The outcome of interest was the detection of cervical HIV-1 RNA shedding, defined as ≥50 copies/mL in the cervical swab specimen. Logistic regression models with the logit link under a binomial distribution were used for univariate and multivariate analyses according to a stepwise modeling procedure.15 For forward selection at each step, involving each factor of interest, we used a likelihood ratio test (LRT) to 2 models: a reduced model with all factors identified from previous steps but without the factor of interest and a full model with all previously identified factors plus the factor of interest. For the initial step, the reduced model was an intercept-only model. We selected the factor that most significantly reduced the log likelihood provided that the P value for the LRT was <0.10. We also required that the P value for the Wald statistic for the given factor be <0.10. We used an alpha level of 0.15 for removal. The final model included only factors with Wald P values <0.05. All analyses were conducted using SAS (v9; SAS Institute, Cary, NC).
Cervical swab, history, and examination data were available from 290 women on HAART at the swab visit. We observed cervical HIV-1 RNA shedding in 44 (15%) women overall: 23 (13%) of the 179 PI users and 21 (19%) of the 111 NNRTI users. Among the 44 shedders, 6 (14%) were “high shedders” with >1000 copies/mL. Table 1 shows the distribution of shedders by drug and period of enrollment. Table 2 shows comparisons between nonshedders, and shedders. Shedders were more likely to have had more than 1 male sex partner in the previous 6 months, to have used crack cocaine or injected drugs, to have smoked tobacco, and to have 50 to 500 plasma HIV-1 RNA copies/mL at the swab collection visit. Shedders were also more likely to have a history of seropositivity for syphilis, but there was no association between shedding and a clinical assessment of genital tract inflammation or active infection with syphilis, herpes, gonorrhea, Chlamydia, or Trichomonas. There were no significant differences in reported rates of at least 95% adherence between women in the PI-naive NNRTI group or the NNRTI-naive PI group (P = 0.60).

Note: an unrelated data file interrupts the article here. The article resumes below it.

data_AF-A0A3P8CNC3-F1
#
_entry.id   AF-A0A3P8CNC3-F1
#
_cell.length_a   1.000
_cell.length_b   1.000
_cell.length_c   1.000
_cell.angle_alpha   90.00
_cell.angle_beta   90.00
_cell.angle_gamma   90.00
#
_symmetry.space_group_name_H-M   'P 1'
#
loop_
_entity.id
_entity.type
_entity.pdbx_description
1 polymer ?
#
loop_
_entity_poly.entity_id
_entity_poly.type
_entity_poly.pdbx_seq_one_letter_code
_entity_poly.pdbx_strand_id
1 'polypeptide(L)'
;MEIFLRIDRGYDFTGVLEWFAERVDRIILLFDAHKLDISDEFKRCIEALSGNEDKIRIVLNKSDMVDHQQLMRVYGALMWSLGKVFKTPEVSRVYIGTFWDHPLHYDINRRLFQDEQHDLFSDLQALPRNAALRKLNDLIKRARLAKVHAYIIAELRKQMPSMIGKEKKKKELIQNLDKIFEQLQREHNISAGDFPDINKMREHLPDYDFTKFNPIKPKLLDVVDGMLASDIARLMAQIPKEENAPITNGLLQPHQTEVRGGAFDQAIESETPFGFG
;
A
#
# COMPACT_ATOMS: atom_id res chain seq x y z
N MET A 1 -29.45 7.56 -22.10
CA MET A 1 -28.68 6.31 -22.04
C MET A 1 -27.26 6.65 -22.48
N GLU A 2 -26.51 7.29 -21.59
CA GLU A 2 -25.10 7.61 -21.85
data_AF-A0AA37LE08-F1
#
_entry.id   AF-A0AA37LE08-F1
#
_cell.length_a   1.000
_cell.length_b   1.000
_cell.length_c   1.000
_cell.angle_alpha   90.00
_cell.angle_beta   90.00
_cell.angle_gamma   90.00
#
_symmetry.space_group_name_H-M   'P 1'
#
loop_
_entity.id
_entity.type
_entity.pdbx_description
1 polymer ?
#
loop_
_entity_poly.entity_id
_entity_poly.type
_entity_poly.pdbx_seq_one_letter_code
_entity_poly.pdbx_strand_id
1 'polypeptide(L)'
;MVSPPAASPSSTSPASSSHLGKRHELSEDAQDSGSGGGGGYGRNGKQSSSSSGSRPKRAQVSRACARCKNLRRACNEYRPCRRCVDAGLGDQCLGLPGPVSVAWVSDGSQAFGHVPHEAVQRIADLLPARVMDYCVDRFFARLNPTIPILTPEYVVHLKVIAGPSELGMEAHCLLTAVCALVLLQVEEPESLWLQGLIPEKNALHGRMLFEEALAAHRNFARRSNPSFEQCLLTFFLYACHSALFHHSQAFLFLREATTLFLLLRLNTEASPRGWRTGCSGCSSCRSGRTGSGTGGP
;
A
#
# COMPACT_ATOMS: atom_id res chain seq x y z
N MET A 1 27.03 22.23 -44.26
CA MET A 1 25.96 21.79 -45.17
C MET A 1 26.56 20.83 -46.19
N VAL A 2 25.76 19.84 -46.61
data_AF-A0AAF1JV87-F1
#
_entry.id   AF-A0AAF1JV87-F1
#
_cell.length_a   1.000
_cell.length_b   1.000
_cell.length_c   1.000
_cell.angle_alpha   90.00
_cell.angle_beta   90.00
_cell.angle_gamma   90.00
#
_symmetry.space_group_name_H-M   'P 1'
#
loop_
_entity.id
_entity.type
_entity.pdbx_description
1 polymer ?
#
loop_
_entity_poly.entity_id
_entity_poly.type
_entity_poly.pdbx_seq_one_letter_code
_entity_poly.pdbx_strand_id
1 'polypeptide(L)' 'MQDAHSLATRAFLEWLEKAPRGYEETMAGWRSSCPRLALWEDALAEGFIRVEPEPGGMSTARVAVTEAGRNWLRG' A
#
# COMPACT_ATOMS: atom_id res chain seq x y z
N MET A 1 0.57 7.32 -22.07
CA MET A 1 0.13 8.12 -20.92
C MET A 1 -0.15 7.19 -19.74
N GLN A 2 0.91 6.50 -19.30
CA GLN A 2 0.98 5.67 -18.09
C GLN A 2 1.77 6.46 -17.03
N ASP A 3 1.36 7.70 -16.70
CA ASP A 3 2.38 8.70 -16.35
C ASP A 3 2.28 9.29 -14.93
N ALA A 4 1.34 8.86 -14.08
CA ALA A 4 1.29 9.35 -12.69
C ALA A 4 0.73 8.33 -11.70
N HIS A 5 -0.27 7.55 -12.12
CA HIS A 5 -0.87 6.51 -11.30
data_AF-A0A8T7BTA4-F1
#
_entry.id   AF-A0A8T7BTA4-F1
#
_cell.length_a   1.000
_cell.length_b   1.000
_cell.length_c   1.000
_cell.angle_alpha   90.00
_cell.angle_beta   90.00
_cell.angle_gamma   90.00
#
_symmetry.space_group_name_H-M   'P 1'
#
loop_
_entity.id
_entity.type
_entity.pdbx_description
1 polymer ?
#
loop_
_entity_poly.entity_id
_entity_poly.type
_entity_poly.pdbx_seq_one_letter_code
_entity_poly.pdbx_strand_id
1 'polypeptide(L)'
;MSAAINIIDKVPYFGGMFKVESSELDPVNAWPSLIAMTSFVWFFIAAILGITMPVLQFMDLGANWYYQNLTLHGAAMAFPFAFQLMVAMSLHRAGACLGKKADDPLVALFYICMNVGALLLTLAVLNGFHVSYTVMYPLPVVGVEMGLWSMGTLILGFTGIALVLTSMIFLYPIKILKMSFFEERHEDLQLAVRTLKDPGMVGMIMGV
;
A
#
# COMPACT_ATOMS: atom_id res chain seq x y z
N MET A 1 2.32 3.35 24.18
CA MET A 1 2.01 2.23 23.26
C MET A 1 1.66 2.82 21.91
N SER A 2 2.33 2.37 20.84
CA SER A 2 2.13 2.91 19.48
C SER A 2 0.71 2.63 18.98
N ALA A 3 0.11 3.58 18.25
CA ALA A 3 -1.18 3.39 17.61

Original recruits were older (P < 0.0001), had a higher prevalence of hepatitis C virus (HCV; P < 0.0001), initiated HAART earlier (P < 0.0001), were more likely to use PIs (P < 0.0001), were more likely to have been exposed to mono- or dual-drug ART before HAART initiation (P < 0.0001), and were more likely to have had clinical AIDS within 1 year of the swab visit (P = 0.03) compared with the expansion recruits (data not shown). None of these factors were independently associated in the multivariate analysis with shedding, except for PI use.